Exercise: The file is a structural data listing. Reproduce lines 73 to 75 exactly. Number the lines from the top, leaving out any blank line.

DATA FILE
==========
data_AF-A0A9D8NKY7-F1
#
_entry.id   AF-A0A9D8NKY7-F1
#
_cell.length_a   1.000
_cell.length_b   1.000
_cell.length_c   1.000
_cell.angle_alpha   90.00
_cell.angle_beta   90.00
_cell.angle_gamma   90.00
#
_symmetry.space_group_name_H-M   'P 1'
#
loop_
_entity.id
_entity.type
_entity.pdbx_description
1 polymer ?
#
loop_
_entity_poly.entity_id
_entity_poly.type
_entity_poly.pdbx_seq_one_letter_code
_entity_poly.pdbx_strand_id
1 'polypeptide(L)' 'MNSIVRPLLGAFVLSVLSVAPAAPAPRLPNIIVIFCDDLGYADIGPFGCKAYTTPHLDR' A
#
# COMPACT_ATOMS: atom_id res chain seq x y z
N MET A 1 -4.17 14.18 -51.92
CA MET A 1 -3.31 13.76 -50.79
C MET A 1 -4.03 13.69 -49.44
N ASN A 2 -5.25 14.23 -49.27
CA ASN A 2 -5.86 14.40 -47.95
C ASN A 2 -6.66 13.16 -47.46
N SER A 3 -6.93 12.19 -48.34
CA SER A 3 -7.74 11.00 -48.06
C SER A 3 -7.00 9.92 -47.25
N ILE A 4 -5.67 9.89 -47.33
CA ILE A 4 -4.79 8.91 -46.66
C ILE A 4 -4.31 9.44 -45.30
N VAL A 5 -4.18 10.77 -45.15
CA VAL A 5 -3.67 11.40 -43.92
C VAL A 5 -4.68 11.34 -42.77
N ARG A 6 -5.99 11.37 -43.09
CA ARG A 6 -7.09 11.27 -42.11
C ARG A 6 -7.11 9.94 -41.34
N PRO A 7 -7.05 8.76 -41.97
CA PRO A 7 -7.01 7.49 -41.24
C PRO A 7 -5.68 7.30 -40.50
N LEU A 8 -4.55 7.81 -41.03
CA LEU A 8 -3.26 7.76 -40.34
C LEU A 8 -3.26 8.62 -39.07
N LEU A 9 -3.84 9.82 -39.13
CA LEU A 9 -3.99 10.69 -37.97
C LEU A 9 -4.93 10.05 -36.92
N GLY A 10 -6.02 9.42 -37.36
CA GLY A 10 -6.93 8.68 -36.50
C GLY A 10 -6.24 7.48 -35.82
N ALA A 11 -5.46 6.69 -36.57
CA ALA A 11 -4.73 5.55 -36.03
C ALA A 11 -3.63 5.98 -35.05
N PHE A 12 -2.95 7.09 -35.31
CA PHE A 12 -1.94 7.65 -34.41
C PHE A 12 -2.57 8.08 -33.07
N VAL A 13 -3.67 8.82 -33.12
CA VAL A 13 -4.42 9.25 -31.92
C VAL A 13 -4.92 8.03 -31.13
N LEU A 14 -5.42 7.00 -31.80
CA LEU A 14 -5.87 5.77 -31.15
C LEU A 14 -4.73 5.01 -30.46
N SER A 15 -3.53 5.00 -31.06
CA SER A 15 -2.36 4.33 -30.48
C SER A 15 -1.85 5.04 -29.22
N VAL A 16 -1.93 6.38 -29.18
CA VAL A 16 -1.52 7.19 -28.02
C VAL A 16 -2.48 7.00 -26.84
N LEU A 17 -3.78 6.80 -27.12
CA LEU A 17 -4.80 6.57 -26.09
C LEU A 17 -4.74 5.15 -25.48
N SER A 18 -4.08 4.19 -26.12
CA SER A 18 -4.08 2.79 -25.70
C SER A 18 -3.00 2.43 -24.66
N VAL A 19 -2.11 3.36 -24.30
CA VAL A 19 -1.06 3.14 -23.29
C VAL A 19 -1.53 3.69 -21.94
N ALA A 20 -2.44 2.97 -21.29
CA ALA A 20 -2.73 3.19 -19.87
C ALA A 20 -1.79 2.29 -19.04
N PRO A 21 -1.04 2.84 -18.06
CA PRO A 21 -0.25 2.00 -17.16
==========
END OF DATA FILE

N VAL A 16 -1.93 6.38 -29.18
CA VAL A 16 -1.52 7.19 -28.02
C VAL A 16 -2.48 7.00 -26.84